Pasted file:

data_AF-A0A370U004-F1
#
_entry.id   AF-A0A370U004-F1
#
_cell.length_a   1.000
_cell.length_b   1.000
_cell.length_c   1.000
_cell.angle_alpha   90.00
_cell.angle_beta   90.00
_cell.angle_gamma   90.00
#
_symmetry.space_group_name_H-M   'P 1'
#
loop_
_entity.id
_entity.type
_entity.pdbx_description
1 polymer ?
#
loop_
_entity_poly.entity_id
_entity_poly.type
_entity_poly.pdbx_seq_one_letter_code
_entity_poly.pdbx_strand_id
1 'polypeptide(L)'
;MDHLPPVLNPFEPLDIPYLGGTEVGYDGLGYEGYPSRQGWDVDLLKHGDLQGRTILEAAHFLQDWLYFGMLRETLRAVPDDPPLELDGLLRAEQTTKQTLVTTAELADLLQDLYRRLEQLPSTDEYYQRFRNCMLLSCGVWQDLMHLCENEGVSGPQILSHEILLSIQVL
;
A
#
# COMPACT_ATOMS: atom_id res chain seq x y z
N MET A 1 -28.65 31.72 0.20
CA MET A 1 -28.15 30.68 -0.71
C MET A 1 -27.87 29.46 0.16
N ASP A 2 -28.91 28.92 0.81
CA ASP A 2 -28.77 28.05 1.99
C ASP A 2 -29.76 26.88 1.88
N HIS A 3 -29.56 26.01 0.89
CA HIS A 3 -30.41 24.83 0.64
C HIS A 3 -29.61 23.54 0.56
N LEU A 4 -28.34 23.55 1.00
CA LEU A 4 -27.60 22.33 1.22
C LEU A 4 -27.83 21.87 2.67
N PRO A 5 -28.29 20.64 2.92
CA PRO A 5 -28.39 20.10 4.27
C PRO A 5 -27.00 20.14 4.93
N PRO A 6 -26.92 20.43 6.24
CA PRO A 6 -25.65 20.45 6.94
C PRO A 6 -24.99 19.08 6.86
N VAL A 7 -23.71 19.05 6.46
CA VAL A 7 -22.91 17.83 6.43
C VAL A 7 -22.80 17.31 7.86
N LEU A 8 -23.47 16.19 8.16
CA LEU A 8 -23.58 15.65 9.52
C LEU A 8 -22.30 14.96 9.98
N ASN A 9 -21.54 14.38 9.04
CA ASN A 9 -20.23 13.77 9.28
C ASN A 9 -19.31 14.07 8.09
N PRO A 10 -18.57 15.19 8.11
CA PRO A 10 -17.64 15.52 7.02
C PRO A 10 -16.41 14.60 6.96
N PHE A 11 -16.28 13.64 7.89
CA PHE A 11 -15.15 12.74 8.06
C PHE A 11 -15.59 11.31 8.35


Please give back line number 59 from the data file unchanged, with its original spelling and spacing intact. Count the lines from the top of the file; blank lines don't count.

CA PRO A 10 -17.64 15.52 7.02